I definitely think a 3rd umpire is required when it comes to denied visitation. It's too easy to claim the child is sick, the child is too upset and a 100 other reasons why visitation should not happen. By the time you get to court, the FM will only grant more time…
which is still not enforcable.

I think more FMs need to consider putting in orders that the next proved contravention will result in a change of "lives with" status.

Junior Executive of SRL-Resources

Executive Member of SRL-Resources, the Family Law People on this site (Look for the Avatars). Be mindful what you post in public areas. 
Artemis, which police did you contact, my understanding is that in most states (I think WA and exception) it is a matter for the Federal police, not the state police. However I think it would be good to discuss the differences that may affect Aussies.

My first point that I'm not sure of, is, are the Federal police required to intervene if a crime is in progress (i.e. contravention of court orders). Are the state police required to intervene if they know of a Federal Crime being committed?

I also believe that I know of two people who have correctly used the Federal Police to enforce orders.
MikeT said
My first point that I'm not sure of, is, are the Federal police required to intervene if a crime is in progress (i.e. contravention of court orders). Are the state police required to intervene if they know of a Federal Crime being committed?

I also believe that I know of two people who have correctly used the Federal Police to enforce orders.
All Police are obligated to protect the community from harm, however a contravention is not a crime in progress it is a person ignoring a 'civil order'. State Police are generally very reluctant to get involved with Federal Family Law matters. However both forces can enforce an order if they are sanctioned by a Court.

There are several exceptions, an example is if someone tries to remove a child from Australia that is protected by the 'Watch Scheme' they are very likely to be arrested and detained, not for contravention but because they have effectively broken several Federal Laws governing Immigration.

Executive Member of SRL-Resources, the Family Law People on this site (look for the Avatars) Be mindful what you post in public areas. 
Artemis said
We contacted the police on one of the ex's contraventions and found that while they were sympathetic, there was not a lot they could do.

I definitely think a 3rd umpire is required when it comes to denied visitation. It's too easy to claim the child is sick, the child is too upset and a 100 other reasons why visitation should not happen. By the time you get to court, the FM will only grant more time… which is still not enforcable.

I think more FMs need to consider putting in orders that the next proved contravention will result in a change of "lives with" status.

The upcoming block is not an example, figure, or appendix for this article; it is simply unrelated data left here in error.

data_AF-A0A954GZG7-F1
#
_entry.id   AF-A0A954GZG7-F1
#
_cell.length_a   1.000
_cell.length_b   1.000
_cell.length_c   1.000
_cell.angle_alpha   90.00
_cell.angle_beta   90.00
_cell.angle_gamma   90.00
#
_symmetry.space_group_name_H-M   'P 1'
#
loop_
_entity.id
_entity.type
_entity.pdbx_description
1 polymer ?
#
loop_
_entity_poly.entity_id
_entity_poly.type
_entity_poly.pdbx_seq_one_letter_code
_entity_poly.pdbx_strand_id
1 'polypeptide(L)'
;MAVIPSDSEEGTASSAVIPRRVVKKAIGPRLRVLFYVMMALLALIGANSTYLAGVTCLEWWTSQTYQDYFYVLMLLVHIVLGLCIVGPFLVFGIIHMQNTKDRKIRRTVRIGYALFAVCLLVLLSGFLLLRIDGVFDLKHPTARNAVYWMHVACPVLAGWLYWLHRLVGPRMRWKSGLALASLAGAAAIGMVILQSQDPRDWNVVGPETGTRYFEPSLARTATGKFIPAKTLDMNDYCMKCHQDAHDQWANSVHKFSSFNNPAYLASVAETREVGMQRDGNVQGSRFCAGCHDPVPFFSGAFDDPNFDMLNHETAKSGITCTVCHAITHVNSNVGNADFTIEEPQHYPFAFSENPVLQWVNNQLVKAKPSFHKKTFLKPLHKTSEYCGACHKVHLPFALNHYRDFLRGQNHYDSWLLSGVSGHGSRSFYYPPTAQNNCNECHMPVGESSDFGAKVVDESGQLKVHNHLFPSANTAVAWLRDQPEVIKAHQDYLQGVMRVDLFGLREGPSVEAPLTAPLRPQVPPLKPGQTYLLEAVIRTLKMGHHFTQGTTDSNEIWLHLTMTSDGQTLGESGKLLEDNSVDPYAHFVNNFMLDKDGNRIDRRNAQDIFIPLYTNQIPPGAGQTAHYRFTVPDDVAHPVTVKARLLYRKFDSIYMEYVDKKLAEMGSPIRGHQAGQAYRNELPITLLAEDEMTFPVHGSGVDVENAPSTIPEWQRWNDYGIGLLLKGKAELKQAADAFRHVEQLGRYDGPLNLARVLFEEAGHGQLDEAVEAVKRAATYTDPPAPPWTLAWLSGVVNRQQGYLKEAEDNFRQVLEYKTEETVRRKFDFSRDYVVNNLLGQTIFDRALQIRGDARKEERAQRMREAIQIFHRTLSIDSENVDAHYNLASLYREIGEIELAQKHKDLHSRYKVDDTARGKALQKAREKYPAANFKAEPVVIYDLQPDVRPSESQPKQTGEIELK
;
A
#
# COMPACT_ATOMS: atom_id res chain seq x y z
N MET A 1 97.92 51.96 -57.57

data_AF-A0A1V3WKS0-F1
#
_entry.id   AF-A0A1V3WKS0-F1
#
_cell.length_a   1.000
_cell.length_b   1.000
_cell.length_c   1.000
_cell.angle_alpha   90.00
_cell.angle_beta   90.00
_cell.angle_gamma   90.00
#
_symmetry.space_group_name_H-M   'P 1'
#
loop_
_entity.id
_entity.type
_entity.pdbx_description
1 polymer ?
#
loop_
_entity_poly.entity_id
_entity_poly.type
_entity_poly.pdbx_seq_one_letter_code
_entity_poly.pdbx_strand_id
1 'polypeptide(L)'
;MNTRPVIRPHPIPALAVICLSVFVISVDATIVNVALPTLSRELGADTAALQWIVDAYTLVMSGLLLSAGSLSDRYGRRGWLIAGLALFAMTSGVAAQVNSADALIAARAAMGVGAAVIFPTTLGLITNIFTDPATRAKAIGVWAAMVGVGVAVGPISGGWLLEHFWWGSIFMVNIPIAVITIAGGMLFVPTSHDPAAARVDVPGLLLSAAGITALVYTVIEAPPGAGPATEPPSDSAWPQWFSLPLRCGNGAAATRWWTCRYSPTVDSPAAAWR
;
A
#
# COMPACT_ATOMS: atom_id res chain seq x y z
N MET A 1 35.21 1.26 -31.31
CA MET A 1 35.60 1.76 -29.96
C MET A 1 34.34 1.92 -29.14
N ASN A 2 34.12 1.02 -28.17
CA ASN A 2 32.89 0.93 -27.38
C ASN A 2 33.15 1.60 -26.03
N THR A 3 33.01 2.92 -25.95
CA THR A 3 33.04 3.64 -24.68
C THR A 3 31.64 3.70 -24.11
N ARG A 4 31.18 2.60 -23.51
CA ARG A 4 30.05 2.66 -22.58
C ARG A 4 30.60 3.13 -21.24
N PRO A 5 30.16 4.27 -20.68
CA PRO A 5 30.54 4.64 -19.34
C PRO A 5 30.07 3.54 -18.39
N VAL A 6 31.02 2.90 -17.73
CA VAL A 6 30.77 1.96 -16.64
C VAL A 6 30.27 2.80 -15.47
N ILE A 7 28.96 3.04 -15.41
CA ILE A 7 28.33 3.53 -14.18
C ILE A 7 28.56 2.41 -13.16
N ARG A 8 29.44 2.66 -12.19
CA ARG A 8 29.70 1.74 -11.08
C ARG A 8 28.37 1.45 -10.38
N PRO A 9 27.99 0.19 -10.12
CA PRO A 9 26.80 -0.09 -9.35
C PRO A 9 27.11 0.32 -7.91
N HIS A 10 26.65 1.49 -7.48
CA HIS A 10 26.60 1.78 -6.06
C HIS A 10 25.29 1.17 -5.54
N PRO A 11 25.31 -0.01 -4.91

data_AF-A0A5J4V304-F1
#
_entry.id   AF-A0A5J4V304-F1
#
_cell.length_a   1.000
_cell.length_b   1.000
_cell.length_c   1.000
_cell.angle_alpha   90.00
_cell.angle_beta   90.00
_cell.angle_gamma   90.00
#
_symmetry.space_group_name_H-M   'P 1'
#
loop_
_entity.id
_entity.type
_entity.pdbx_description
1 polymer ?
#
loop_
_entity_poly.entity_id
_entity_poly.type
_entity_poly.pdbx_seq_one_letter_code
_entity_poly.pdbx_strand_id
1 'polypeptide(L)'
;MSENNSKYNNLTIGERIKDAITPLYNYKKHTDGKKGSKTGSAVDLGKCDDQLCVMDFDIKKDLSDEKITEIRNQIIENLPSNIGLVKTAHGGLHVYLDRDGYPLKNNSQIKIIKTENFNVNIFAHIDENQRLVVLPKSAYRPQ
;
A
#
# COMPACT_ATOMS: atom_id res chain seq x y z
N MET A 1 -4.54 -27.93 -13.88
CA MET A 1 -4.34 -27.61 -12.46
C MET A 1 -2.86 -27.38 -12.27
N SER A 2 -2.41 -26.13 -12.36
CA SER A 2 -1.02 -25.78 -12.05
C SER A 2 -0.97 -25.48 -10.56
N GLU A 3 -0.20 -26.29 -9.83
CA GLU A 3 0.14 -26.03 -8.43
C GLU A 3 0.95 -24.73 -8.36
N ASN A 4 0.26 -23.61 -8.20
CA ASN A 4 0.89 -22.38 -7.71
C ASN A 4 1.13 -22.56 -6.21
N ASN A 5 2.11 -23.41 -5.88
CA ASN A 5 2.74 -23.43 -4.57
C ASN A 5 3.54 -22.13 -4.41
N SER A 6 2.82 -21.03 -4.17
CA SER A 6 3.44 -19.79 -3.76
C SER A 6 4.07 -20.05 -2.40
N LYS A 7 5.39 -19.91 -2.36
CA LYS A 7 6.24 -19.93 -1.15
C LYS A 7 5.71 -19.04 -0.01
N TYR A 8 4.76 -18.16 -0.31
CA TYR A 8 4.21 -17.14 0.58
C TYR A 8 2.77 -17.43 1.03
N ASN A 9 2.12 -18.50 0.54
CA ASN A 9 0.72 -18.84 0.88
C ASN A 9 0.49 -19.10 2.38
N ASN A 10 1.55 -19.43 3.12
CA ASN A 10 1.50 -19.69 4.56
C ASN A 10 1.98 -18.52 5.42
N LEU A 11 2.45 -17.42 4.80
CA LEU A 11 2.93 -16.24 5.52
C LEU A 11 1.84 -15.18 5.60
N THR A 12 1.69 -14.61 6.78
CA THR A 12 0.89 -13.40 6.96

Unless the children are at risk, they generally will not get involved.

Some FMs have made orders threatening this but of course the children then pay some of the penalty. There is no standardisation of penalties but there has been a very agreeable trend to send them off to the more specialized parenting courses and communication courses. Then if it happens again - the book can be thrown at them. A nice non financial penalty is of course the Community Service Order but alas in NSW there is no arrangement between the State of NSW and Federal Government to enact these.

Executive Member of SRL-Resources, the Family Law People on this site (look for the Avatars) Be mindful what you post in public areas. 
So does this mean there is a GAP in the law in that there are no consequences for women who refuse to follow orders? Surely women are expected to follow the rule of law? Is there  a law or consequences or not?

 Maybe I am not explaining myself well enough
Jon.

Of course there are consequences for contraventions, but often the Courts have to decide who might actually suffer.

Simply administered 'out of the box' penalties do not act as deterrents, many of the creative ones do.

I just like CSO's because the aggrieved party usually has the children and the guilty party has to put in some honest graft.

Executive Member of SRL-Resources, the Family Law People on this site (look for the Avatars) Be mindful what you post in public areas. 
Agog.

I suppose my main issue is the ease with which the community allows men to be 'punished' and expresses outrage at women being 'punished' - this may be a historical issue - but regardless - if we surveyed women (still married) on the idea that they could be punished for not doing the right thing - I doubt we would find many women who would be prepared to abide by the law, judgments, orders or anything else - they would rather do what they 'thought' was right - in a belief that they knew best - especially regarding 'their' children.

I believe that MOST women believe that - i.e. there being no real consequences for them.

Men - who have done what they thought was 'right' have been branded by the press as child abductors, hounded by the police and media and international manhunt (a still relevant term).

Men now know they must work through 'the system' to try and get what they think is 'right'. I am not sure women think the same way - that is I hypothesize that many women believe they simply will never lose - for many of them going to court is about trying to GET AS MUCH AS THEY CAN from the other party.

It's all very well having laws in place but if the public perception remains unchanged …

How many females go to court demanding that the other parent has full custody or even 50/50?

So let's have a multi-million dollar government campaign - 'Women need to respect the law - women will be punished equally with men, Orders are orders, Don't put down the children's parent, False allegations will be punished, AVOs - will be taken seriously - false allegations will be punished'.

 Maybe I am not explaining myself well enough
1 guest and 0 members have just viewed this.

Recent Tweets